FRESNO - Fresno in 1922 was a place to get away from. Even at 15 years of age Niels Thomsen knew that. He had been hawking The Fresno Republican Newspaper as a newsboy on downtown Fresno street corners at a nickel apiece.
In Summer he loved to head out to Fancher Creek five miles East of downtown Fresno. There he would read Conrad novels, catch fish, and dream the impossible dream. From his pay, he would save $13.00. Not enough to fulfill his dream but, perhaps, enough to take him far away.
So, one night, he left Fresno and his friend William Saroyan and jumped a Northbound Southern Pacific freight train heading for Frisco. Perhaps he could find a place on board one of Joseph Conrad's sailing ships at the wharf. He was right.
It took him three years to reach Victoria B.C., and the barkentine the Forest Dream that would take him on an exciting voyage in 1925.
In later life he would tell of his adventures. To inspire his children, then he always told them 'When I was a boy of 13 I delivered the Daily Republican in the mornings and the Evening Herald after school and mowed
lawns on Saturdays and Sundays.'
And so it was, that after leaving Fresno, Niels Thomsen lived a life of adventure and meaning in a span of more than 75 years. Now, at the age of 90, Thomsen has just published his memoirs. They are an amazing action-packed chronicle of the very last commercial sailing ship, the Forest Dream to depart from Victoria, B.C. in 1925 on a prolonged voyage around the world to Mauritius in the Indian Ocean.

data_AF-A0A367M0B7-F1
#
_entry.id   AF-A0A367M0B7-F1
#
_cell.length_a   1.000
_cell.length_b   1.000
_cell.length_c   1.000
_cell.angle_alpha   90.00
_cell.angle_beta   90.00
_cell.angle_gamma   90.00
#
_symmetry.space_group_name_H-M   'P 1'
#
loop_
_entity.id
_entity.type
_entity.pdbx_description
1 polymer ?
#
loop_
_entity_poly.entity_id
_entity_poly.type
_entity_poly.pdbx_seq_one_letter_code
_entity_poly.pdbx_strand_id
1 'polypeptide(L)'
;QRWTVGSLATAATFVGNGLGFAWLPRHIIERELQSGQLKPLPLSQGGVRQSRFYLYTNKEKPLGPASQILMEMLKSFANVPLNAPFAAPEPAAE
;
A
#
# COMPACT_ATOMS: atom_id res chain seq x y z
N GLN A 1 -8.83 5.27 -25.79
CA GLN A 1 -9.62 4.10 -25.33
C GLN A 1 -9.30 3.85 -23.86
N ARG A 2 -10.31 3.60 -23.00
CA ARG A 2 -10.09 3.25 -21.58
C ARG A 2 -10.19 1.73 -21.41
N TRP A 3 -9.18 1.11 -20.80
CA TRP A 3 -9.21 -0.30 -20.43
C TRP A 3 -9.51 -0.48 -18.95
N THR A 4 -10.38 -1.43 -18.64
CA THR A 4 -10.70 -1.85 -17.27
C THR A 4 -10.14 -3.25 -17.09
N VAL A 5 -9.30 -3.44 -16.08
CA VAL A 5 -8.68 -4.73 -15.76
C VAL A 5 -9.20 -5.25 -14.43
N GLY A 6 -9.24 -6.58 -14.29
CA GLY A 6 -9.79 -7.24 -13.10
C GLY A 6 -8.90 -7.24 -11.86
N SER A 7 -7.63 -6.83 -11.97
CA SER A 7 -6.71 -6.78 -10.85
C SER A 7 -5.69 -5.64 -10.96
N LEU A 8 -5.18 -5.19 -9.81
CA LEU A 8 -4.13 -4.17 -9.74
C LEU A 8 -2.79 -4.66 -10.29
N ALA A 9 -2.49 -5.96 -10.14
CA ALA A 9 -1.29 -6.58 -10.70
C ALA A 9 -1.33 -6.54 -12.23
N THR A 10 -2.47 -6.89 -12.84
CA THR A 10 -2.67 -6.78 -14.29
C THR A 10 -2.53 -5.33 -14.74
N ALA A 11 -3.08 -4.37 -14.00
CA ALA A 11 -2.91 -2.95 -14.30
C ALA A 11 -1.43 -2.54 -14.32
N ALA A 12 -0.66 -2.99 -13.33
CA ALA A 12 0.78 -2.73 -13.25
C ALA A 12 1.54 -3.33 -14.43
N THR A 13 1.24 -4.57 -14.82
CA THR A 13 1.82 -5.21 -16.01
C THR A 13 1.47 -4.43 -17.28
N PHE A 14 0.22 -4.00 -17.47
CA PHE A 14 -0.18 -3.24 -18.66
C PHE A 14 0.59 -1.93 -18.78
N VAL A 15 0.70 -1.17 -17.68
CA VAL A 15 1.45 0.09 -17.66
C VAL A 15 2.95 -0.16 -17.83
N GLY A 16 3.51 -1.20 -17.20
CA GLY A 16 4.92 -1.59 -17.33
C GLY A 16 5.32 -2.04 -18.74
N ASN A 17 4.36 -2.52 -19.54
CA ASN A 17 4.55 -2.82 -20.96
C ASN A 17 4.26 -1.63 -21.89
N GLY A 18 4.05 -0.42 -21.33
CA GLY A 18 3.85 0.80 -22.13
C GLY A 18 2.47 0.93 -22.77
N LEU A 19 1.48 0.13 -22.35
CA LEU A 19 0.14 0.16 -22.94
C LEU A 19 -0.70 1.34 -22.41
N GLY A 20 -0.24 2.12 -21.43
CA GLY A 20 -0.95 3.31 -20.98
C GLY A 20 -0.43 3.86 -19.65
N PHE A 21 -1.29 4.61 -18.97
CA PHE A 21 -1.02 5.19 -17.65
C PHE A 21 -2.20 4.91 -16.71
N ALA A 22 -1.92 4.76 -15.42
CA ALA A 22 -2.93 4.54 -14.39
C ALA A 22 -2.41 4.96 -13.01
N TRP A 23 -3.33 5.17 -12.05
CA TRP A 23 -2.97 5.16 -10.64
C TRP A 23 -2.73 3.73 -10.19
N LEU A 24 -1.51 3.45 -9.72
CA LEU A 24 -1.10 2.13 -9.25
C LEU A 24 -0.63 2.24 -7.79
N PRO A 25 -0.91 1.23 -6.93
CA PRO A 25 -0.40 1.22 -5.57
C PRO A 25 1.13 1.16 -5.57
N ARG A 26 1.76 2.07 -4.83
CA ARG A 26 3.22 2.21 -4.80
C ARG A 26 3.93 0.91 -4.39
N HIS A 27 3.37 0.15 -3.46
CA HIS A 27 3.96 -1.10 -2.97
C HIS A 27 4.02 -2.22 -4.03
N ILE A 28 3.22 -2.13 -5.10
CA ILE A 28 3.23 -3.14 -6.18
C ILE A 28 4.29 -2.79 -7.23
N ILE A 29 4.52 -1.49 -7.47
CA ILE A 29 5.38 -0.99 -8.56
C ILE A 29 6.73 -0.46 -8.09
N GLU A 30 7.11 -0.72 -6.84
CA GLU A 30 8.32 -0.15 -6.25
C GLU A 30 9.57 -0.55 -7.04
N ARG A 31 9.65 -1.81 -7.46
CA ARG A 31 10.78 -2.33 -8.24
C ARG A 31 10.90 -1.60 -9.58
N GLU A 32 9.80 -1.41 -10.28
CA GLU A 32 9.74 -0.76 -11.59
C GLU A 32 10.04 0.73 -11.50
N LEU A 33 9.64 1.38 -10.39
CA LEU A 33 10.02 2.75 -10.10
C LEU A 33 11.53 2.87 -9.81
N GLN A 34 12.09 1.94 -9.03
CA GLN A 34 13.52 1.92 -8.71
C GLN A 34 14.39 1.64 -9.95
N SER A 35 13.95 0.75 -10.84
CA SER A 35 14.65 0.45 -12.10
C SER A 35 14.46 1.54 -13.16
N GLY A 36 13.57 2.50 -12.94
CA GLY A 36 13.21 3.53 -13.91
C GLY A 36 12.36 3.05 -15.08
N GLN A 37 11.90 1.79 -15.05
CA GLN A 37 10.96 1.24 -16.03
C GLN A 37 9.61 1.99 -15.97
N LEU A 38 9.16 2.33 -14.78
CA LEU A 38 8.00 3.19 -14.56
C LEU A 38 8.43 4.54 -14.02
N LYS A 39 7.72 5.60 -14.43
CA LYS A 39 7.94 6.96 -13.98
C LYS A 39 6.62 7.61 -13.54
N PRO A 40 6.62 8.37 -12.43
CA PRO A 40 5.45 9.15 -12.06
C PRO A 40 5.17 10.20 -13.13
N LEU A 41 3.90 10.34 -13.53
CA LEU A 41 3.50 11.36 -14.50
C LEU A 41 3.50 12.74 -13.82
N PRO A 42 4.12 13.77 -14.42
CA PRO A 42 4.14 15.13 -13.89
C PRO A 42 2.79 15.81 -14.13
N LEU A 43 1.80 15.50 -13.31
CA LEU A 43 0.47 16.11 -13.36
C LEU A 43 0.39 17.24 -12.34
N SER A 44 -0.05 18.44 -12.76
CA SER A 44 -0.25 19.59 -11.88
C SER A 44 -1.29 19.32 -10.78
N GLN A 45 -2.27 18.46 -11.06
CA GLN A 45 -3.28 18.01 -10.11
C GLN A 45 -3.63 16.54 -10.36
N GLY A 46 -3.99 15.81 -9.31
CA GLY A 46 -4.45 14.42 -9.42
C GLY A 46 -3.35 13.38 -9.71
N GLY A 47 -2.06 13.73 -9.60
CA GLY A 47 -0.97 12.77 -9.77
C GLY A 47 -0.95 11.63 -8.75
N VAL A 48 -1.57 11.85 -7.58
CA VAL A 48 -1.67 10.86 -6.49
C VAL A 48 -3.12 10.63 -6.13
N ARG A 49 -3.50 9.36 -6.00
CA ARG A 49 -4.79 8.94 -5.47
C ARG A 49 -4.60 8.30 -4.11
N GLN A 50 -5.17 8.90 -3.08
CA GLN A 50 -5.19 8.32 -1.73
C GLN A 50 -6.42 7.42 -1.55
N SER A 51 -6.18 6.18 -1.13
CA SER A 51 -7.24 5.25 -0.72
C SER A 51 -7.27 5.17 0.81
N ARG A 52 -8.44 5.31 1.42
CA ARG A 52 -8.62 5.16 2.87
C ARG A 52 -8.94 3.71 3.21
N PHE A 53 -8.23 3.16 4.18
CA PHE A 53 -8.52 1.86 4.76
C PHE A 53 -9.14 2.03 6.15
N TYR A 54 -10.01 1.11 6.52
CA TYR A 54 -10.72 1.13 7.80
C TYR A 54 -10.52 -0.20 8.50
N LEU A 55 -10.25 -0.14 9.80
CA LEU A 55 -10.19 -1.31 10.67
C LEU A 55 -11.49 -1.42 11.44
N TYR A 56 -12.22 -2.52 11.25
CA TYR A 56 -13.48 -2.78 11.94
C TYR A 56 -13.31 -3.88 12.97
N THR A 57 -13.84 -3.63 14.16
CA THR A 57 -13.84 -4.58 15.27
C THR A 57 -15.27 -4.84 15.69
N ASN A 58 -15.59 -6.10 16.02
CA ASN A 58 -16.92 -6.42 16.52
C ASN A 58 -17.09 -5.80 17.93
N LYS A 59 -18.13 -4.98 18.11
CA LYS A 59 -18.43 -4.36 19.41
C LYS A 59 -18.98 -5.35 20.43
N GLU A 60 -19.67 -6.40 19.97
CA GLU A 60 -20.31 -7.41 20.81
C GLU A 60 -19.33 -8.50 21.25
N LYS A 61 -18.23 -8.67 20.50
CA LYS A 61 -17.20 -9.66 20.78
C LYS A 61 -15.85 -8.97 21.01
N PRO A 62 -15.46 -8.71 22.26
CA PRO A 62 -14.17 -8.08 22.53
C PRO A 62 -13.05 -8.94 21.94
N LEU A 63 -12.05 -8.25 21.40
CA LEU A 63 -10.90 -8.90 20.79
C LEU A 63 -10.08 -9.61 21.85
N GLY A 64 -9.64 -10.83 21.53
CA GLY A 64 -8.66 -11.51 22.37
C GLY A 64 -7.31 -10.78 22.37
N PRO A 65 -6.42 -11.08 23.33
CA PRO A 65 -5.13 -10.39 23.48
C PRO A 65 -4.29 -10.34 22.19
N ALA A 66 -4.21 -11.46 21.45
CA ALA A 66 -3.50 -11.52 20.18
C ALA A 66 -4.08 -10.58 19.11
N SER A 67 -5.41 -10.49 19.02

In this amazing tale Thomsen works his passage to Seattle at the age of fifteen in search of tall ships. He would find more than he dreamed of back in Fresno.
After ten years as a seaman and officer in the Merchant Marine, he entered the U.S. Coast Guard. By that time the United States had entered World War II in the Pacific. Thomsen then served four more years in harm's way in the South Pacific. And under his command his ship was credited for ramming and sinking of a Japanese submarine in Southeast Alaska. He was promoted to Captain and received the Legion of Merit medal for his role in sinking the enemy submarine.
Captain Thomsen's memoirs retell this story in rich detail and chronicle his connection to the sailing ship Forest Dream as a runaway from Fresno in 1925.
Thomsen, crossed paths with ship Captain Huycke in 1992 who had come into possession of a portion of the journal of a Malcolm Chisholm, written while on the FOREST DREAM on the voyage to Mauritius in that same year, 1925.
This was the diary of a fateful voyage. As Thomsen read of those events, it dawned on him that he, himself, was the last survivor of that voyage, a-la a Joseph Conrad story-line.
Thomsen was driven by an inner compulsion to fulfill a duty to his former shipmates. He would present the story of this tall ship. The story of those who in command were lost and of those who served and were gone, and those like him who went down to the sea in ships and lived to tell about it. He could also tell of those who fell from the rigging to the hard cold decks below, and died at sea. He could tell what he alone had known and what he lived through in those momentous times. He would tell the story of one Fresno boy's search for manhood and finding it at an early age, of his search in later life for clarification, redemption, and a return.
The Fresno Republican Newsboy made good. His amazing story is the best read to come our way. Get this book.
[The Voyage of the Forest Dream Rosewind Press., 167 pages, w/photos & maps, Indexed. $25.00 post paid.Available from: Capt. Niels P. Thomsen, USCG(ret) 19222 Olympic View Drive Edmonds, WA 98020.
Related Links: Advance Press Release, and Forest Dream and Other Sea Adventures Web Site]